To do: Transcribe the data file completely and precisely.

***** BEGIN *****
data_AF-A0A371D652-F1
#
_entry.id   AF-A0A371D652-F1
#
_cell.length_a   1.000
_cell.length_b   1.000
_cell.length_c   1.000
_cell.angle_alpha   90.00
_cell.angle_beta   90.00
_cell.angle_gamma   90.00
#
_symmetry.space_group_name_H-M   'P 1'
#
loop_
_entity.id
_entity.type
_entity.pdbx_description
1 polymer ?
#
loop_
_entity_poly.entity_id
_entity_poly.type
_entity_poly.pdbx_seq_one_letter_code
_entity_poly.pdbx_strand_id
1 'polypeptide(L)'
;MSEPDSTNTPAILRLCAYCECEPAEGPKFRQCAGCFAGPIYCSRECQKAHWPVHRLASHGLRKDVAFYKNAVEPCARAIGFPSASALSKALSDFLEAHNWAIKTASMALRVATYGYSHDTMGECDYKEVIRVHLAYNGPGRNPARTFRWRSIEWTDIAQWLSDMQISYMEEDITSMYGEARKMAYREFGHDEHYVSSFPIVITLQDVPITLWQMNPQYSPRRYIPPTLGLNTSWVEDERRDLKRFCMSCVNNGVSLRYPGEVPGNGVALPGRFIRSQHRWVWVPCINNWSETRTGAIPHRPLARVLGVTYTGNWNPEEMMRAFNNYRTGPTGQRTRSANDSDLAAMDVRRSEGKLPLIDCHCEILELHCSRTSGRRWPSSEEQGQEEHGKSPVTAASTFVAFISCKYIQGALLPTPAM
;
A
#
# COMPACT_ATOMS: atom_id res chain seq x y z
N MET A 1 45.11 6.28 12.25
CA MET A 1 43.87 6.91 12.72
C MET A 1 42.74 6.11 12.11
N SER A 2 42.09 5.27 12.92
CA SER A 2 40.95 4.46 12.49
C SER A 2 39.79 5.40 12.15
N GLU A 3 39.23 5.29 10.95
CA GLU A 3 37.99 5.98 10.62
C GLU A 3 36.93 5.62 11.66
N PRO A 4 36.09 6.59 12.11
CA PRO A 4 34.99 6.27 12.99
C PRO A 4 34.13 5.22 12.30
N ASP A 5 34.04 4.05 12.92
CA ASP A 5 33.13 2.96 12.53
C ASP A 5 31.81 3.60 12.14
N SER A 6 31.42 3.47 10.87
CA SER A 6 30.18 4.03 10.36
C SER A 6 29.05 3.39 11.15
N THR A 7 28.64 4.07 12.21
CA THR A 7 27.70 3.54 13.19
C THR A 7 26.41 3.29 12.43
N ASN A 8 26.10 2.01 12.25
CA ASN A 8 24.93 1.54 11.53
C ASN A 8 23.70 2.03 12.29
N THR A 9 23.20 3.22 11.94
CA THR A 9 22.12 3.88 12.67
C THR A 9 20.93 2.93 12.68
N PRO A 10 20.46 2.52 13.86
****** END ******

data_AF-A0A371D652-F1
#
_entry.id   AF-A0A371D652-F1
#
_cell.length_a   1.000
_cell.length_b   1.000
_cell.length_c   1.000
_cell.angle_alpha   90.00
_cell.angle_beta   90.00
_cell.angle_gamma   90.00
#
_symmetry.space_group_name_H-M   'P 1'
#
loop_
_entity.id
_entity.type
_entity.pdbx_description
1 polymer ?
#
loop_
_entity_poly.entity_id
_entity_poly.type
_entity_poly.pdbx_seq_one_letter_code
_entity_poly.pdbx_strand_id
1 'polypeptide(L)'
;MSEPDSTNTPAILRLCAYCECEPAEGPKFRQCAGCFAGPIYCSRECQKAHWPVHRLASHGLRKDVAFYKNAVEPCARAIGFPSASALSKALSDFLEAHNWAIKTASMALRVATYGYSHDTMGECDYKEVIRVHLAYNGPGRNPARTFRWRSIEWTDIAQWLSDMQISYMEEDITSMYGEARKMAYREFGHDEHYVSSFPIVITLQDVPITLWQMNPQYSPRRYIPPTLGLNTSWVEDERRDLKRFCMSCVNNGVSLRYPGEVPGNGVALPGRFIRSQHRWVWVPCINNWSETRTGAIPHRPLARVLGVTYTGNWNPEEMMRAFNNYRTGPTGQRTRSANDSDLAAMDVRRSEGKLPLIDCHCEILELHCSRTSGRRWPSSEEQGQEEHGKSPVTAASTFVAFISCKYIQGALLPTPAM
;
A
#
# COMPACT_ATOMS: atom_id res chain seq x y z
N MET A 1 45.11 6.28 12.25
CA MET A 1 43.87 6.91 12.72
C MET A 1 42.74 6.11 12.11
N SER A 2 42.09 5.27 12.92
CA SER A 2 40.95 4.46 12.49
C SER A 2 39.79 5.40 12.15
N GLU A 3 39.23 5.29 10.95
CA GLU A 3 37.99 5.98 10.62
C GLU A 3 36.93 5.62 11.66
N PRO A 4 36.09 6.59 12.11
CA PRO A 4 34.99 6.27 12.99
C PRO A 4 34.13 5.22 12.30
N ASP A 5 34.04 4.05 12.92
CA ASP A 5 33.13 2.96 12.53
C ASP A 5 31.81 3.60 12.14
N SER A 6 31.42 3.47 10.87
CA SER A 6 30.18 4.03 10.36
C SER A 6 29.05 3.39 11.15
N THR A 7 28.64 4.07 12.21
CA THR A 7 27.70 3.54 13.19
C THR A 7 26.41 3.29 12.43
N ASN A 8 26.10 2.01 12.25
CA ASN A 8 24.93 1.54 11.53
C ASN A 8 23.70 2.03 12.29
N THR A 9 23.20 3.22 11.94
CA THR A 9 22.12 3.88 12.67
C THR A 9 20.93 2.93 12.68
N PRO A 10 20.46 2.52 13.86